The Web at 20Raise your hand if you remembered the big birthday last month?  No, it wasn’t anybody in the royal family or any of the Kardashians. (Were any of them actually born or simply the result of a script development process?)  No, last month the World Wide Web turned 20!  I’d buy it a drink, but that won’t be legal for another year.  Anniversaries and birthdays are great times for reflection, so I’m using this week’s Drift to light some candles, illuminate and ruminate.

This week’s Drift is proudly underwritten by The Media Trust, the leading provider of campaign quality automation (for creative quality assurance and campaign screenshots/verification), security (for malvertising and data) and transparency (third-party ads) services to the online and mobile adtech ecosystems. See what over 500 publishers utilize every day to ensure quality and drive revenue.  

In 2010 – when the Web was not yet out of high school – I gave a speech calling out a dozen “Dead Ideas” that were continuing to plague and hamstring the growth and development of internet advertising.  There’s one in particular that’s gone from dead idea to zombie curse:  it’s the idea that we’re going to continue dealing with “a web of pages.”  (See the video of this part of the speech or click here to view the entire 30 minute presentation.)  When the web first emerged (months after Tim Berners-Lee’s invention of hypertext) it was essentially a place where known individuals shared things with one another.  (Imagine a Flintstones era version of Tumblr or Instagram used only by Fred, Barney and their friends in Bedrock.)  Rapidly that model fell away and we started building hundreds, thousands and soon millions of websites.  To make money, we created an artificial construct in which consumers generated page views, which in turn begat a number of ad impressions, which then called out to multiple servers saying “feed me an ad.”  The whole thing got so ridiculous that we now call on futures trading technology to manage the vast ocean of commodity “impressions” we’ve created.  Margins grow ever smaller and consumers become ever more indifferent to the omnipresent , impotent banners with which we continue to carpet bomb them.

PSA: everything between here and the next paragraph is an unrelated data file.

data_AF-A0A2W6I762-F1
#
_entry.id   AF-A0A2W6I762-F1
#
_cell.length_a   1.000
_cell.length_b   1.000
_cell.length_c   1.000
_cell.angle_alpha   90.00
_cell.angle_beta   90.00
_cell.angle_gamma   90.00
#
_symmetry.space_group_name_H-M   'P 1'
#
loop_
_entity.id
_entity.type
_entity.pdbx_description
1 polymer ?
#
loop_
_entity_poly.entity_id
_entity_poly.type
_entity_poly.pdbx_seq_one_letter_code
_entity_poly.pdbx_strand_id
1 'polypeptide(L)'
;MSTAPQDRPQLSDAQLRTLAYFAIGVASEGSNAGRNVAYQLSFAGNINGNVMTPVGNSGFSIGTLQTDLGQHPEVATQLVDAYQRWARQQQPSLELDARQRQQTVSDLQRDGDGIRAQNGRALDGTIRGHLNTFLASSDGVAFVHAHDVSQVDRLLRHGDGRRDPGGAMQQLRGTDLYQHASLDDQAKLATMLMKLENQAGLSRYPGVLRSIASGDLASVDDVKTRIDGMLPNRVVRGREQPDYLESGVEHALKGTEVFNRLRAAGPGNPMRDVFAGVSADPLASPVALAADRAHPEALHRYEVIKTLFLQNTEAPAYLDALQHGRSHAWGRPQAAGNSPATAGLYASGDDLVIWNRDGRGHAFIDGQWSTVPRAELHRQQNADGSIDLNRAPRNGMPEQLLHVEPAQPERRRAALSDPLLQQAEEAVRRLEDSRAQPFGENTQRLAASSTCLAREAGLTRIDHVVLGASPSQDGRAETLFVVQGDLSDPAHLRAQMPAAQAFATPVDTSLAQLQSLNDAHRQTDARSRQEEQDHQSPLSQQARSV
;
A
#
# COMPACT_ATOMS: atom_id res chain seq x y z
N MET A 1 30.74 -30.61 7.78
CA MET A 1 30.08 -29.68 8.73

But now, at 20, web advertising has the chance to grow up.  And several gathering trends will force it to do so.  Call it the social-tablet-video Tsunami.

Social: Google may always have a far bigger market cap, but Facebook is the company that will have revealed the biggest idea of the digital age: the social graph. By connecting and illuminating “the web of people,” Facebook first established a parallel digital world for consumers and marketers, then reattached itself and began to retroactively change the web.  Once exposed to the ability to market to – and through – actual people, marketers won’t go backward to pages and impressions.

Tablet: According to Venturebeat, tablets will outsell laptops 6-1 by 2017.  That’s a whole lot more swiping, tapping and pinching, and a whole lot less clicking and scrolling.  The physiology of navigation is changing.  Does anybody think the structure of search, content and viewer experience won’t change with it?  And this is not even taking into account the true mobile consumption via smartphones.

Video:  Once you go video, you never go back.  Nuff said.

Am I predicting that individual sites or media companies won’t be able to run great businesses on the web anymore?  Of course not.   That would be foolish.  But not nearly as foolish as believing our 20-year-old assumptions about the economic structure and value equation in digital media will continue to hold.  They won’t.  And I, for one, am excited to see what’s on the other side of page mountain.

Being Grateful.